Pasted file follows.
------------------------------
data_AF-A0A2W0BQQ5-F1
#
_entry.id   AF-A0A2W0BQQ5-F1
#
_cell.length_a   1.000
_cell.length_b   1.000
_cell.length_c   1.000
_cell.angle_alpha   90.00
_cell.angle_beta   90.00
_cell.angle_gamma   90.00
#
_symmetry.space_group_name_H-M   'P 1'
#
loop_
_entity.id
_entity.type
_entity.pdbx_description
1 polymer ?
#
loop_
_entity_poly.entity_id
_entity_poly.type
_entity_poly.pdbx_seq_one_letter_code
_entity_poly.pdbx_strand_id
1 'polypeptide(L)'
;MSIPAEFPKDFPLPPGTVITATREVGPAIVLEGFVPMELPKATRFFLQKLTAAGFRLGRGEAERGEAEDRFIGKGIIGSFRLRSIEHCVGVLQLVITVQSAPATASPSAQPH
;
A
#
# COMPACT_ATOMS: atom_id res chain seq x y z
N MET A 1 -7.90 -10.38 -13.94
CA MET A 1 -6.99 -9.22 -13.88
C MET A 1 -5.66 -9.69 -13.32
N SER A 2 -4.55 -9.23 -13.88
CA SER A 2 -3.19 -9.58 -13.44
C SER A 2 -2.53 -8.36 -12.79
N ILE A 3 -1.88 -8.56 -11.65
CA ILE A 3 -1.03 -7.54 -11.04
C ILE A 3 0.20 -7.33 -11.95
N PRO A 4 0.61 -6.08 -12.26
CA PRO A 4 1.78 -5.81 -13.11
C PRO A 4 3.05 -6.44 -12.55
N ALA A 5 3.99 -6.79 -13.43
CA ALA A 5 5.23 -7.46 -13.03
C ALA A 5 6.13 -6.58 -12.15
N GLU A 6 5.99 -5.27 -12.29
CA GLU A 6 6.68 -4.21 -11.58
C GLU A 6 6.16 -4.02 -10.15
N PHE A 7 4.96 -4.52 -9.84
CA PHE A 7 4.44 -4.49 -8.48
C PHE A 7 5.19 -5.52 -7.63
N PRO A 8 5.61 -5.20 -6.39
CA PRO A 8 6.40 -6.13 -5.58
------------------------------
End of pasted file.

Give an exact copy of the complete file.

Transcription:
data_AF-A0A2W0BQQ5-F1
#
_entry.id   AF-A0A2W0BQQ5-F1
#
_cell.length_a   1.000
_cell.length_b   1.000
_cell.length_c   1.000
_cell.angle_alpha   90.00
_cell.angle_beta   90.00
_cell.angle_gamma   90.00
#
_symmetry.space_group_name_H-M   'P 1'
#
loop_
_entity.id
_entity.type
_entity.pdbx_description
1 polymer ?
#
loop_
_entity_poly.entity_id
_entity_poly.type
_entity_poly.pdbx_seq_one_letter_code
_entity_poly.pdbx_strand_id
1 'polypeptide(L)'
;MSIPAEFPKDFPLPPGTVITATREVGPAIVLEGFVPMELPKATRFFLQKLTAAGFRLGRGEAERGEAEDRFIGKGIIGSFRLRSIEHCVGVLQLVITVQSAPATASPSAQPH
;
A
#
# COMPACT_ATOMS: atom_id res chain seq x y z
N MET A 1 -7.90 -10.38 -13.94
CA MET A 1 -6.99 -9.22 -13.88
C MET A 1 -5.66 -9.69 -13.32
N SER A 2 -4.55 -9.23 -13.88
CA SER A 2 -3.19 -9.58 -13.44
C SER A 2 -2.53 -8.36 -12.79
N ILE A 3 -1.88 -8.56 -11.65
CA ILE A 3 -1.03 -7.54 -11.04
C ILE A 3 0.20 -7.33 -11.95
N PRO A 4 0.61 -6.08 -12.26
CA PRO A 4 1.78 -5.81 -13.11
C PRO A 4 3.05 -6.44 -12.55
N ALA A 5 3.99 -6.79 -13.43
CA ALA A 5 5.23 -7.46 -13.03
C ALA A 5 6.13 -6.58 -12.15
N GLU A 6 5.99 -5.27 -12.29
CA GLU A 6 6.68 -4.21 -11.58
C GLU A 6 6.16 -4.02 -10.15
N PHE A 7 4.96 -4.52 -9.84
CA PHE A 7 4.44 -4.49 -8.48
C PHE A 7 5.19 -5.52 -7.63
N PRO A 8 5.61 -5.20 -6.39
CA PRO A 8 6.40 -6.13 -5.58